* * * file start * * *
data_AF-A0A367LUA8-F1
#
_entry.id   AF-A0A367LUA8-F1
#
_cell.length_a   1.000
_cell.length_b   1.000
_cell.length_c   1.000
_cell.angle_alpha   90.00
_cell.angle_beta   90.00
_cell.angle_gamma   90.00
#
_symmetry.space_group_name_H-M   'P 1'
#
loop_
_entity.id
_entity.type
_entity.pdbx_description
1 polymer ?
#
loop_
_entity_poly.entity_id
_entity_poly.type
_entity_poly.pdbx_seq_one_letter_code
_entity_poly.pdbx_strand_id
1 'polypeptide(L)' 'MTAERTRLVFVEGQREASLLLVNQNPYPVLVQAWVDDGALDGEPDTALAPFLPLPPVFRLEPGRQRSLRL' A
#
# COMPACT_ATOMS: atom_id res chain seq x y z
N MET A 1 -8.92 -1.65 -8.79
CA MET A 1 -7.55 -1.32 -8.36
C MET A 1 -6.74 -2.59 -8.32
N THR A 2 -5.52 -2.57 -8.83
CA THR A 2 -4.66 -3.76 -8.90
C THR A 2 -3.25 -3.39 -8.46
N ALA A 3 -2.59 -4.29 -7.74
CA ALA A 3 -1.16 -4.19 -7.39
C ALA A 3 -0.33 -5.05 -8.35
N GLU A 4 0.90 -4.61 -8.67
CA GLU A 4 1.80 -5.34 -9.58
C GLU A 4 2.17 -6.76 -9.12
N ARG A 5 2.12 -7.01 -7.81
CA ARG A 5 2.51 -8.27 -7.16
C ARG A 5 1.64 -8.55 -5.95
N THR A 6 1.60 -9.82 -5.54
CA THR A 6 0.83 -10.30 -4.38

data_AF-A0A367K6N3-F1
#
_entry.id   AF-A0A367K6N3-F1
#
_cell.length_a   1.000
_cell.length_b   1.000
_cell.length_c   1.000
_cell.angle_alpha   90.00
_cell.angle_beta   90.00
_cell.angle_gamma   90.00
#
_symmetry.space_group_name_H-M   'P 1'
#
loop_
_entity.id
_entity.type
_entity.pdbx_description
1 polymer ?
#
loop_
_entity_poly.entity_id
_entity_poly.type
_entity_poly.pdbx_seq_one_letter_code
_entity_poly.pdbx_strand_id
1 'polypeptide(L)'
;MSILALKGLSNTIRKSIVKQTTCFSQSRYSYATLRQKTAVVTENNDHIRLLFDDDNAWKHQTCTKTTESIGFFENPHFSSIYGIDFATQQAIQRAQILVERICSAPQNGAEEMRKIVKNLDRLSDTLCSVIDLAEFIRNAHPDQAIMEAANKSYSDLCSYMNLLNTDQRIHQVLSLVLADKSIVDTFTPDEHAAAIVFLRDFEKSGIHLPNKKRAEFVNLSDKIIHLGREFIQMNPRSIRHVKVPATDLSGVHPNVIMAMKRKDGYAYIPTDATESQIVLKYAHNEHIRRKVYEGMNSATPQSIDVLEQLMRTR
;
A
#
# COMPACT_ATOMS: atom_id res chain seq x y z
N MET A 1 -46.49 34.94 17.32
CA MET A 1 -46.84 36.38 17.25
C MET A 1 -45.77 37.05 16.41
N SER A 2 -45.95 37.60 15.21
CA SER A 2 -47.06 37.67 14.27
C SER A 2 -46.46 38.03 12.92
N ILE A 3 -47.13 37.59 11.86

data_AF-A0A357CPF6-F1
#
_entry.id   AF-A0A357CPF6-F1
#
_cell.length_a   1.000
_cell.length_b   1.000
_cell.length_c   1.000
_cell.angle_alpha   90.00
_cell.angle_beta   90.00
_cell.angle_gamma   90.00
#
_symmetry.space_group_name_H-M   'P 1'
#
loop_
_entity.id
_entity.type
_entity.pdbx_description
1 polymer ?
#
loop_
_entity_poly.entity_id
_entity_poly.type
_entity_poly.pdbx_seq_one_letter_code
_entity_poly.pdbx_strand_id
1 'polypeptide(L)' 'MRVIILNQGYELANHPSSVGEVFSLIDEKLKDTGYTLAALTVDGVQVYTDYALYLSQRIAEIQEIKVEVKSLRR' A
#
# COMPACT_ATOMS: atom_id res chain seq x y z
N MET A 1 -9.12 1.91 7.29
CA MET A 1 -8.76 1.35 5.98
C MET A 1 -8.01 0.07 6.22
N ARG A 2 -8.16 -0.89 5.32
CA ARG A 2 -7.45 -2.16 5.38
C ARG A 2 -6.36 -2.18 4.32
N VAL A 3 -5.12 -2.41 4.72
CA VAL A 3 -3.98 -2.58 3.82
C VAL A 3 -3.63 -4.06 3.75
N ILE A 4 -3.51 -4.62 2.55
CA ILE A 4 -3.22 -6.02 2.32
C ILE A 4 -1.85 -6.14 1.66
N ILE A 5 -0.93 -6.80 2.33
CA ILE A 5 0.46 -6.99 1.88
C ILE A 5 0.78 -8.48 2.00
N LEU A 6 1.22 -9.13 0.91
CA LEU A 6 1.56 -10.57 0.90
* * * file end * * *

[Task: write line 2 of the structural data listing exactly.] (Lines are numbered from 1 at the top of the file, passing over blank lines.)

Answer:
#